Stafford Braxton, the founder of Santas Just Like Me, dressed as a Black Santa.
Stafford Braxton, the founder of Santas Just Like Me.Getty Images (left, right), courtesy of Stafford Braxton (center)
  • Stafford Braxton is a Black Santa Claus, the founder of Santas Just Like Me, and a photographer.
  • While working at a mall in North Carolina, Braxton heard a lot of requests for Santas of color.
  • That led him to start his business. This is his story, as told to writer Jamie Killin.

This as-told-to essay is based on a conversation with Stafford Braxton, a Black Santa Claus, the founder of Santas Just Like Me, and a photographer. It has been edited for length and clarity.

I started Santas Just Like Me because when I was working at a mall in North Carolina as a photographer with a white Santa Claus, we would get a lot of requests for Santas of color. I approached the mall about doing something like this and they said it was a good idea, but that's where they left it, which led me to believe they weren't really interested in providing that service for their clientele.

In 2011, I began my search for a Black Santa. Lo and behold, in 2012, a coworker said: "Stafford, look at that guy, doesn't he look like a Black Santa?" I ran over to the gentleman and handed him a business card, telling him that if he was interested in being Santa, contact me the following January. I never heard anything from him.

Then, I was photographing a wedding the following May. I was one of the only Black gentlemen there, but I noticed there was another man who looked like a Black Santa. After the wedding, I approached the groom and asked him to connect me with the man. I came to find out it was the same guy from the previous December.

We were finally able to connect, and he decided he wanted to work as a Black Santa with me. We've been doing it together for nine years now.

We have a wide range of clients, from Neiman Marcus Tysons Galleria to Jack and Jill of America, Inc. There's also The Pope House Museum in Raleigh, North Carolina, and many churches.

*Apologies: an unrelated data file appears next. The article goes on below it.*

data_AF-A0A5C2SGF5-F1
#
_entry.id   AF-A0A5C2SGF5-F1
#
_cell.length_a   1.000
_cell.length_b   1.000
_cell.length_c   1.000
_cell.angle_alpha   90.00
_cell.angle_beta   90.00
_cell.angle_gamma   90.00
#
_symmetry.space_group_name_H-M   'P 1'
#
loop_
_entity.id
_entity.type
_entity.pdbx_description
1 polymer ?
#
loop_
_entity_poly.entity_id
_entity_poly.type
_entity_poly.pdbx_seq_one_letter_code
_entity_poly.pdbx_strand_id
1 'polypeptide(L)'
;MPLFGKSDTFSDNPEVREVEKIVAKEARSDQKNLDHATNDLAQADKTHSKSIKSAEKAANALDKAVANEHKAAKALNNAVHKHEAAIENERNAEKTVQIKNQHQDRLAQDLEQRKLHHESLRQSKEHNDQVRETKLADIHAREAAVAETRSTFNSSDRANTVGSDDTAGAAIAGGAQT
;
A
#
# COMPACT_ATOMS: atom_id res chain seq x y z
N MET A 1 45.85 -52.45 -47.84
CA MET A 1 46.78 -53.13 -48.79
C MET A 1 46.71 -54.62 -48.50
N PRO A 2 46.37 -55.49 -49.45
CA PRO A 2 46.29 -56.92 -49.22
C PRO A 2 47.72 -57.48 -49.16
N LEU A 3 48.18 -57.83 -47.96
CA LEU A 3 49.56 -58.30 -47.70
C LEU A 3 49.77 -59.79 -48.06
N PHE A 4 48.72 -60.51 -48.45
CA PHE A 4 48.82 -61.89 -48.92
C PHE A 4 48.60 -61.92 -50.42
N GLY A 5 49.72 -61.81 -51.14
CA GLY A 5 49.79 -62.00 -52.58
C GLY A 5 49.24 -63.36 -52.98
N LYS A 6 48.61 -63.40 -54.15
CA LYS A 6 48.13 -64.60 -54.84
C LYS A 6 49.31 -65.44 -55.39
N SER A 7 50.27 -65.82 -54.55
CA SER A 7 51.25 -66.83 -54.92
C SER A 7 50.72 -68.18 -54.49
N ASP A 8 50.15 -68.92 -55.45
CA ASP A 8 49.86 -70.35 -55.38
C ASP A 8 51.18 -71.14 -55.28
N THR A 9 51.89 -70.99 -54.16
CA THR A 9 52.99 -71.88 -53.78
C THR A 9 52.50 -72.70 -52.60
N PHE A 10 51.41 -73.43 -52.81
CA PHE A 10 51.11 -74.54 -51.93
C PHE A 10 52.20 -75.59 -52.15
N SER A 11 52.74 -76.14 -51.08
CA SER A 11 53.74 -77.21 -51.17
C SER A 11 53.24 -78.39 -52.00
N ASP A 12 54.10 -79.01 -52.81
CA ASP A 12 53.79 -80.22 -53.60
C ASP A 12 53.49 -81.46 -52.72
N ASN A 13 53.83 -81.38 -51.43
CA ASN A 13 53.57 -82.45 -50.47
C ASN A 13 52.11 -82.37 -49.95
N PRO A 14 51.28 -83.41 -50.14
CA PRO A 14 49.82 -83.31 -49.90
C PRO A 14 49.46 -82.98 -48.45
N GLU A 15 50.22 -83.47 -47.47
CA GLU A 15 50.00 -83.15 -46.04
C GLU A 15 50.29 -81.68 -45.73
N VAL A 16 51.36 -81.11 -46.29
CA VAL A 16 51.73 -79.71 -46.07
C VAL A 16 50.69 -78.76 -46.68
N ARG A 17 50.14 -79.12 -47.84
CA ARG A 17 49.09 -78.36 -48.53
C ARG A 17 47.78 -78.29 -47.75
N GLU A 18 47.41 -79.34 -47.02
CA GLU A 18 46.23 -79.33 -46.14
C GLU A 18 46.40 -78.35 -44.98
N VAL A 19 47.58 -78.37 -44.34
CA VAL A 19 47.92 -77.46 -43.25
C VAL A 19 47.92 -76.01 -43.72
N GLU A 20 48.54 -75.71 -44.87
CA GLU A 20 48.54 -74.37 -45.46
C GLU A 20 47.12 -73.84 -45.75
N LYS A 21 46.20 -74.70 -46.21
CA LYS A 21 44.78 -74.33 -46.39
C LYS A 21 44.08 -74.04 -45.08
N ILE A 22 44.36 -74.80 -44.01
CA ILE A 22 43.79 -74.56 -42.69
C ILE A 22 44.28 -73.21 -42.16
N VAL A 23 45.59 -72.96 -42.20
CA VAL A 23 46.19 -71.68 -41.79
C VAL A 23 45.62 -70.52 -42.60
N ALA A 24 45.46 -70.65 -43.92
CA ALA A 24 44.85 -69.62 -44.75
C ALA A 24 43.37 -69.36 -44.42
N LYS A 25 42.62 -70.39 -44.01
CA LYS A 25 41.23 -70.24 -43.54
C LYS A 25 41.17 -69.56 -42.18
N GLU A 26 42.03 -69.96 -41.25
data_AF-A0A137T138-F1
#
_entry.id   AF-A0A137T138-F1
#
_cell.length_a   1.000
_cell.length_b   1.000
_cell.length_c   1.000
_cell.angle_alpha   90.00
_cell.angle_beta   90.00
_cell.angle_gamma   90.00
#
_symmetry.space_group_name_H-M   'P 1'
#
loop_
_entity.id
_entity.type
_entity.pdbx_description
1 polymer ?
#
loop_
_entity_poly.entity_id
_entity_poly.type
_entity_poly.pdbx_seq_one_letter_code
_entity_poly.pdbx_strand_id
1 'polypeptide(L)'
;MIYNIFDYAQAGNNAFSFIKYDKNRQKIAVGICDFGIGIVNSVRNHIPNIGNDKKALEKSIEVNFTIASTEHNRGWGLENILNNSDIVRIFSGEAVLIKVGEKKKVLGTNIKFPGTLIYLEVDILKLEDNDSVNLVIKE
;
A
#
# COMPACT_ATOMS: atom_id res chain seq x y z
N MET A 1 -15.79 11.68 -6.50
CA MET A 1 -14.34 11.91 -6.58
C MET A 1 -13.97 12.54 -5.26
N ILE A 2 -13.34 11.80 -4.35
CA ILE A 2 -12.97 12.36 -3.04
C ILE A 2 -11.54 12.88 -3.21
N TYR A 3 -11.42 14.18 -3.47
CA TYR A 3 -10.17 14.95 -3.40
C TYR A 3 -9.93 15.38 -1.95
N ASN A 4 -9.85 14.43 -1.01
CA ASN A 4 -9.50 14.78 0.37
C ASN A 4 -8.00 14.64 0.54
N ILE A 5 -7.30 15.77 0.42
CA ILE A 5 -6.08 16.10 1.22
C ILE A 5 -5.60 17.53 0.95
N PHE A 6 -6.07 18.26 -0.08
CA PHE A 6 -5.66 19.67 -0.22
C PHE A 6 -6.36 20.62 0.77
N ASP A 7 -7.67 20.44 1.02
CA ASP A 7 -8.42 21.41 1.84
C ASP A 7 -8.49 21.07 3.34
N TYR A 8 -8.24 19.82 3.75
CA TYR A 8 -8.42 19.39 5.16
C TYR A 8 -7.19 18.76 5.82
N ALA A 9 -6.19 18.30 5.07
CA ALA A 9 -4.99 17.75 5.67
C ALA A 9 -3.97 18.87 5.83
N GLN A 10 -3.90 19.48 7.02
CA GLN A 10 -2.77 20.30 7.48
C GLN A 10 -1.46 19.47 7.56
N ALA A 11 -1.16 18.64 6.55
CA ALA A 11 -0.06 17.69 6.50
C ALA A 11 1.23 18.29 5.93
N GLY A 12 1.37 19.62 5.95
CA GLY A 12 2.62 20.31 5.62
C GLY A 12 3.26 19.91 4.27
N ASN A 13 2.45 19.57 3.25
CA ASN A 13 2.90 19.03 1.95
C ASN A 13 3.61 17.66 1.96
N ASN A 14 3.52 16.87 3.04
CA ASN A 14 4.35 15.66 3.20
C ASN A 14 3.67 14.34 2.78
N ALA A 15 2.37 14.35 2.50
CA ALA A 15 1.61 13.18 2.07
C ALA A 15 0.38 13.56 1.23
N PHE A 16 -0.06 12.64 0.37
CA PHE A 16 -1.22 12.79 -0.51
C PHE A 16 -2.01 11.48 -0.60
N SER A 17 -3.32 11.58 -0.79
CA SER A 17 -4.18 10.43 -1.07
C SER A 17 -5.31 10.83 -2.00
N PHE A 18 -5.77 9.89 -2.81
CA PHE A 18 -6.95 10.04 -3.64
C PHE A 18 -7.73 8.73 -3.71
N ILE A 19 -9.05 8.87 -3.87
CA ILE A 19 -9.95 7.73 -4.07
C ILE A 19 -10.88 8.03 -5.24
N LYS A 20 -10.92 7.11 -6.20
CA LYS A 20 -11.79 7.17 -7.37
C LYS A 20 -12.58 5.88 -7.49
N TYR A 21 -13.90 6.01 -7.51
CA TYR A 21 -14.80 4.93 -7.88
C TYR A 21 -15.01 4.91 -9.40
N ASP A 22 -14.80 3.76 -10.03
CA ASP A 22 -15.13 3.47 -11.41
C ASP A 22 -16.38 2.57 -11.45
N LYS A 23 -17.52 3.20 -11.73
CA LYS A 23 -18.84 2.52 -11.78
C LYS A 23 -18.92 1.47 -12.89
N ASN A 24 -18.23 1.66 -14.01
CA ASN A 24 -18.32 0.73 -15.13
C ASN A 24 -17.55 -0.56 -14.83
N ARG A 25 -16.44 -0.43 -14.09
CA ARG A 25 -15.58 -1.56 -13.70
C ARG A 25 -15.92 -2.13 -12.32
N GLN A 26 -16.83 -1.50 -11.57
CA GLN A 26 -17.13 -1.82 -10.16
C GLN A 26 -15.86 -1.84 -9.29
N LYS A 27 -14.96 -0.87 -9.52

Diversity is very important when it comes to Santa Claus, because there are a lot of families that long for somebody who looks like them to be sitting in that Santa chair. A lot of kids don't get the opportunity to see Santa because the families aren't comfortable with somebody who is not of color taking credit for the gifts their kids get during the Christmas season.

It's not a hatred of white people; it's just that they work hard to provide for their families, and they want to make sure that their children understand that Black people are prosperous.

Representation is also more important to children than I think a lot of people realize, because they see themselves reflected in the images that they behold. 

Most of the little kids see the white beard, the red suit and they're ready to tell Santa what they want for Christmas. They're not as concerned with color as we are, being older. But there are still some who will tell you, "He's not the real Santa because the real Santa is white," so we have a ways to go there.

Sometimes it's even more important for the parents. Because many parents did not have the opportunity to see a Santa of color growing up, they want to provide their children that opportunity.

One time, there was a woman who came to see us at a church in South Charlotte after her daughter and granddaughter had come to be photographed, and the mother posted the images online. When the grandmother saw those images, she made a beeline down to where we were because she'd never seen a Black Santa in person. She was 73 years old. That woman had tears in her eyes, and of course it caused me to cry as well.

I ask the Santas who sign up with me to do at least three pro-bono events throughout the Christmas season, because we don't want everything we do to be focused on money. We need money to run the business, but our hearts are to be a blessing for the families that come to see us every year.

We've been doing this for nine years, and we have had families that have been coming at least eight of those years — maybe even all nine. The parents are so appreciative, and we're blessed to be able to provide this memory.

Of course, our services are important for families of color, but it's also valuable for white families.

Once there was a young man who was 10 years old, and his family wanted him to see that Santa could be something other than white. After getting the parents' permission, I said: "Did you come here because you wanted to come or because your parents made you come?" He said: "No, I wanted to come. I think it's good to have Santas of different hues." He was blessed to have the opportunity to see a different type of Santa.

Another set of white parents had adopted four minority children who had special needs after they'd already had two biological children of their own, and so they would come to us to give their children of color the cultural experience.

Usually, the parents didn't get in the picture. But this particular year, I was the photographer and said, "Come on, you need to get in the picture." The following year, the father was killed tragically. Later, the mother posted the photo that I had taken of their entire family, and she said: "Stafford, now that is our favorite picture." 

It reminds me of why I'm doing what I'm doing. It's because the memories these families will have from doing this will outlive me.

Read the original article on Business Insider